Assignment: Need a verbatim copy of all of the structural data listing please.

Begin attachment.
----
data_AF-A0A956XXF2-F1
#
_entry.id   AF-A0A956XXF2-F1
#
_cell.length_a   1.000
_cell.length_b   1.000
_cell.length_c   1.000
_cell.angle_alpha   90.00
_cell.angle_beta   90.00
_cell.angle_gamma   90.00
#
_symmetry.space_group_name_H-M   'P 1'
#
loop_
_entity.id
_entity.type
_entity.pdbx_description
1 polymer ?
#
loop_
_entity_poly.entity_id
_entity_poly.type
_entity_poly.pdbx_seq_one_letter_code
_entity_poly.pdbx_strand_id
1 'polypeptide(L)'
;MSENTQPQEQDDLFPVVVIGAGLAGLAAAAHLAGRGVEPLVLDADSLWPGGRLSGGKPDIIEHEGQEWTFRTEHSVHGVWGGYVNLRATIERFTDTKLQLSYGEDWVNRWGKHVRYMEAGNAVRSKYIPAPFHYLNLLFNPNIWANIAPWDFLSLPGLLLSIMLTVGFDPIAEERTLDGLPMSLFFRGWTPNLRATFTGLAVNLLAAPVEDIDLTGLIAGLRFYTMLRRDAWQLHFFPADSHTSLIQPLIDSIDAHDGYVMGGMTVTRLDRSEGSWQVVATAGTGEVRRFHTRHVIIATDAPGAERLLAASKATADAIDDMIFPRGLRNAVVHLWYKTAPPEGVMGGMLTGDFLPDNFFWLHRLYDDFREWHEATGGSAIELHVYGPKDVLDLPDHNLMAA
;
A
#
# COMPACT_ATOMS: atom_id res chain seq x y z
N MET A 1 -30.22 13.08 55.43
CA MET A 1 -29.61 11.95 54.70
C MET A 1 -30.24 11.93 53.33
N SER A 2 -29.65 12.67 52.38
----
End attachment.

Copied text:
data_AF-A0A956XXF2-F1
#
_entry.id   AF-A0A956XXF2-F1
#
_cell.length_a   1.000
_cell.length_b   1.000
_cell.length_c   1.000
_cell.angle_alpha   90.00
_cell.angle_beta   90.00
_cell.angle_gamma   90.00
#
_symmetry.space_group_name_H-M   'P 1'
#
loop_
_entity.id
_entity.type
_entity.pdbx_description
1 polymer ?
#
loop_
_entity_poly.entity_id
_entity_poly.type
_entity_poly.pdbx_seq_one_letter_code
_entity_poly.pdbx_strand_id
1 'polypeptide(L)'
;MSENTQPQEQDDLFPVVVIGAGLAGLAAAAHLAGRGVEPLVLDADSLWPGGRLSGGKPDIIEHEGQEWTFRTEHSVHGVWGGYVNLRATIERFTDTKLQLSYGEDWVNRWGKHVRYMEAGNAVRSKYIPAPFHYLNLLFNPNIWANIAPWDFLSLPGLLLSIMLTVGFDPIAEERTLDGLPMSLFFRGWTPNLRATFTGLAVNLLAAPVEDIDLTGLIAGLRFYTMLRRDAWQLHFFPADSHTSLIQPLIDSIDAHDGYVMGGMTVTRLDRSEGSWQVVATAGTGEVRRFHTRHVIIATDAPGAERLLAASKATADAIDDMIFPRGLRNAVVHLWYKTAPPEGVMGGMLTGDFLPDNFFWLHRLYDDFREWHEATGGSAIELHVYGPKDVLDLPDHNLMAA
;
A
#
# COMPACT_ATOMS: atom_id res chain seq x y z
N MET A 1 -30.22 13.08 55.43
CA MET A 1 -29.61 11.95 54.70
C MET A 1 -30.24 11.93 53.33
N SER A 2 -29.65 12.67 52.38